A diet that is too high in sodium can contribute to many health problems, including fluid retention in various areas of the body, including the ankles, weight gain, high blood pressure and heart disease. Each individual's sensitivity to sodium is different. If you are living with swollen ankles, you and your doctor will need to work together to determine how much sodium is OK to have in your diet.
Ankle Swelling and Salt Intake
Ankle swelling -- also called ankle edema -- is diagnosed when there is an abnormal buildup of fluid in the ankle joint. Ankle edema has many causes, so the underlying cause should be properly diagnosed. However, salt retains water, and if you eat too much, the level of fluid in your body may build up too high and contribute to edema in any area of the body, including the ankles. Since it is harder for the heart to pump fluid out of the legs and up against gravity, swelling tends to be more noticeable in the lower extremities, according to the Medline Plus website. Treatment depends on the underlying cause but usually includes restricting salt intake.
Ankle swelling does not always cause pain, but it may be accompanied by other symptoms. This includes general aching and stiffness in the ankles. The skin may not indent when pressed, or it may retain the indent and not bounce back. The skin may appear shiny and weight gain can be rapid. Ankle swelling may come and go or be present all the time; in either case, a physician can run tests to determine the cause. In some cases ankle swelling can be a warning sign of kidney, liver or heart disease, reports the State Government of Victoria website. Lung disease, some cancers, arthritis, thyroid conditions and allergic reactions can also cause ankle swelling.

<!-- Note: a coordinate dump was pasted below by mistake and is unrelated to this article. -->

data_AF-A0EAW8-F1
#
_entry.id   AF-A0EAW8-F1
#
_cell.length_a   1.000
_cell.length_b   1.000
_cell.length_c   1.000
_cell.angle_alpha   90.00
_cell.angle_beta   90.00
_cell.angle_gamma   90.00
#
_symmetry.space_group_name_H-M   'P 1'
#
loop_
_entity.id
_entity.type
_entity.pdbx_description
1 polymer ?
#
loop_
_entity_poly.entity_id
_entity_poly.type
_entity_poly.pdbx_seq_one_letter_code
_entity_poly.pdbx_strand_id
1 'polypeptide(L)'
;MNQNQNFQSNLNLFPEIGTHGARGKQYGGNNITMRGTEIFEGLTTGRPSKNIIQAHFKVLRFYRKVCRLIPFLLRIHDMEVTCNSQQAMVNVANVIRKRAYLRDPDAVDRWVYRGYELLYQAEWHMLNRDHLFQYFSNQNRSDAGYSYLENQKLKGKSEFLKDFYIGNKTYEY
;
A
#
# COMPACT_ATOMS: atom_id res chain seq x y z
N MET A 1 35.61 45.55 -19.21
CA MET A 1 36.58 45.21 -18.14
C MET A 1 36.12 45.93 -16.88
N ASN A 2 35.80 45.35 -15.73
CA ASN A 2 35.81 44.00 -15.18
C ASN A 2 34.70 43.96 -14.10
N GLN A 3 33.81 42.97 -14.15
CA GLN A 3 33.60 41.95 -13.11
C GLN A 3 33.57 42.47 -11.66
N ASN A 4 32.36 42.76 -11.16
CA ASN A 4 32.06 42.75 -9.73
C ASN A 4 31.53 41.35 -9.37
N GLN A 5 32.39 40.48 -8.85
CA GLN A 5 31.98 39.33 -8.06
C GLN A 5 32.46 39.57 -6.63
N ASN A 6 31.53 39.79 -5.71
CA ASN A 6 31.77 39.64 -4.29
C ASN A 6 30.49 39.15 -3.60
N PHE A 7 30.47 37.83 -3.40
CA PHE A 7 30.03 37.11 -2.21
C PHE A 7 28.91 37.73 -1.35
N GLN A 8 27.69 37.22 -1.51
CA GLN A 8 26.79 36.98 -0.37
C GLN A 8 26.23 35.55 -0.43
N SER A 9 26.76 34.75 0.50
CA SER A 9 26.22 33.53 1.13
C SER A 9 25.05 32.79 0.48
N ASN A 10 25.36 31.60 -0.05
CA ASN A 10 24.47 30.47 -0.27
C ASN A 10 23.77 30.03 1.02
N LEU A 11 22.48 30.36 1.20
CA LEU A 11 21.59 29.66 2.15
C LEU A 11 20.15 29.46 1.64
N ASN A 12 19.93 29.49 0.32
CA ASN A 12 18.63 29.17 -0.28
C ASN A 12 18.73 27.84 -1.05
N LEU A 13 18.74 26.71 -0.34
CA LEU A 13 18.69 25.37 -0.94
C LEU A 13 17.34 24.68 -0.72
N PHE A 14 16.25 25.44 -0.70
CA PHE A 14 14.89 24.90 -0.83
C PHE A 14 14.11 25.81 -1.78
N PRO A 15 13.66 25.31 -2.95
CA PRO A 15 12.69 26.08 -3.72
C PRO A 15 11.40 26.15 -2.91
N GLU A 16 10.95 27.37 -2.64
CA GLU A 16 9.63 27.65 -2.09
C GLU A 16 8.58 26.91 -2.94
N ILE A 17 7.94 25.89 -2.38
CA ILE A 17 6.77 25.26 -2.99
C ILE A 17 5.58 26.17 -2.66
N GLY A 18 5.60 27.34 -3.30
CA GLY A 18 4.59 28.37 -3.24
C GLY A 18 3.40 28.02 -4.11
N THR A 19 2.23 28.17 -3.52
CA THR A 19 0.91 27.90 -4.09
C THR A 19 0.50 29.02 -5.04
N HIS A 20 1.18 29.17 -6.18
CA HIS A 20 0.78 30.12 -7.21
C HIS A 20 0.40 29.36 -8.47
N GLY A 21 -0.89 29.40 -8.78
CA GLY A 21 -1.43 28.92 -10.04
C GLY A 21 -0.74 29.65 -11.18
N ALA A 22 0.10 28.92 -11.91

Limiting the amount of salt you consume will not only help to control ankle swelling or edema, but it can also control high blood pressure. A low salt diet can lessen breathing difficulties and swelling that occur when fluid accumulates because your heart is too weak to pump the excess fluid out of the body, notes the Cleveland Clinic. A general guideline is to consume no more than 2,000 milligrams of salt per day, which is less than one teaspoon of table salt. You may need to go even lower depending on how sensitive your body is to salt, because a sensitivity to salt means that your body retains more than a person who is less sensitive.
Reducing the amount of salt you consume takes some work. While it is important to stop shaking salt on your food when cooking or dining, it is also essential to learn to read nutrition labels. Processed and packaged foods tend to be high in sodium, as do restaurant foods. Food does not need to taste salty to be high in salt.'
Limit intake of foods that list monosodium glutamate, baking soda, baking powder, disodium phosphate, sodium alginate or sodium nitrate in the ingredient list. Carefully read nutrition labels, because foods that claim to be reduced or light sodium foods can still be quite high. Reading the nutrition label is the only sure way to know how much sodium you are getting in each serving size.